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No Two Experiments are Identical

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  • Epstein, Larry G.
  • Halevy, Yoram

Abstract

We study choice between bets on the colors of two balls, where one ball is drawn from each of two urns. Though you are told the same about each urn, you are told very little, so that you are not given any reason to be certain that the compositions are identical. We identify choices that reveal an aversion to ambiguity about the relation between urns, thus identifying a source of uncertainty different from the usual Knightian distinction between risk and ambiguity. Choice behavior is studied in a controlled high-stakes laboratory experiment, and the ability of new and existing models to rationalize the experimental findings is examined.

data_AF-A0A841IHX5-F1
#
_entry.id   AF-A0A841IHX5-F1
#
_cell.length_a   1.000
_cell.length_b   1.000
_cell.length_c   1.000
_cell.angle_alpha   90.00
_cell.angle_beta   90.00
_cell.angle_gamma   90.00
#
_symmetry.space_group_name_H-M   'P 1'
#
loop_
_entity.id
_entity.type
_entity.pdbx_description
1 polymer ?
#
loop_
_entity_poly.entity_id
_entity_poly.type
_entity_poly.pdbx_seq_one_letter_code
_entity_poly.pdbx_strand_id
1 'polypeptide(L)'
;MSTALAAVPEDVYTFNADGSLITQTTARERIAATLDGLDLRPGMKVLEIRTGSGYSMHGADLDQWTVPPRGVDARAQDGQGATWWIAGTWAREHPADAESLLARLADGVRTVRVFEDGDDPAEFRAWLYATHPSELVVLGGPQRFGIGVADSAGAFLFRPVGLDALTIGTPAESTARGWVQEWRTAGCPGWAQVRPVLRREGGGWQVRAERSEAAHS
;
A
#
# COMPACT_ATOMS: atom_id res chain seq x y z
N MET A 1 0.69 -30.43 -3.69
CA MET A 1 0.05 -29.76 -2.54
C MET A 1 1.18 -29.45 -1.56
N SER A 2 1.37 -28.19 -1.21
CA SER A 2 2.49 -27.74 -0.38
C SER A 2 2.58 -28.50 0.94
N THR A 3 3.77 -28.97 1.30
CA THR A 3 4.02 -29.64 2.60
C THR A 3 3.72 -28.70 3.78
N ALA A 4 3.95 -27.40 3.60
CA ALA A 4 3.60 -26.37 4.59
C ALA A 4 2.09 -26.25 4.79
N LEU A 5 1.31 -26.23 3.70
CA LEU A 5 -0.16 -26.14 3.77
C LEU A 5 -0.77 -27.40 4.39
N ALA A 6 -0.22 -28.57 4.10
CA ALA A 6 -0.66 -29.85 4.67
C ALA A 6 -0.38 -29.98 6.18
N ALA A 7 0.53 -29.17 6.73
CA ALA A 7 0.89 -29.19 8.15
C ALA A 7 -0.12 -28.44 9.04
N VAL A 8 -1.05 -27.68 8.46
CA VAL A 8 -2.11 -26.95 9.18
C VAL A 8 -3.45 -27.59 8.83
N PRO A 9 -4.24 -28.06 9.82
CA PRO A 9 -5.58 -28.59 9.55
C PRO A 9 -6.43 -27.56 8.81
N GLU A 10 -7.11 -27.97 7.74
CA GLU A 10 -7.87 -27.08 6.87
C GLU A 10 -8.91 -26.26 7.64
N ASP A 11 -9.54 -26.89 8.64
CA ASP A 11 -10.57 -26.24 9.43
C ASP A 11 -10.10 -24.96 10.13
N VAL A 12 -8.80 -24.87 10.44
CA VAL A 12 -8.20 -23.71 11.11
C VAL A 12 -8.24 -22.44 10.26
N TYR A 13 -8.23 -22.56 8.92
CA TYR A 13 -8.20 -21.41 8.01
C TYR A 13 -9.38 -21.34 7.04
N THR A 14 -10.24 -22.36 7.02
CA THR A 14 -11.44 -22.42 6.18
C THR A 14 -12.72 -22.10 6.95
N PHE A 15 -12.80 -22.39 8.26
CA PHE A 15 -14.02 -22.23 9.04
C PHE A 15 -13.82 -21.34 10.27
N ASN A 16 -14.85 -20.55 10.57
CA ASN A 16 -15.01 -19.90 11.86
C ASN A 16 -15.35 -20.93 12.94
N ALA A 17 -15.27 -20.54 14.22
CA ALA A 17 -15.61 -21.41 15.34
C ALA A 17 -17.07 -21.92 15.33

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Bibliographic Info

Paper provided by Vancouver School of Economics in its series Microeconomics.ca working papers with number yoram_halevy-2014-9.

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Length: 51 pages
Date of creation: 22 Feb 2014
Date of revision: 22 Feb 2014
Handle: RePEc:ubc:pmicro:yoram_halevy-2014-9

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Web page: http://www.economics.ubc.ca/

Related research

Keywords: ambiguity; uncertainty; correlation; Ellsberg;

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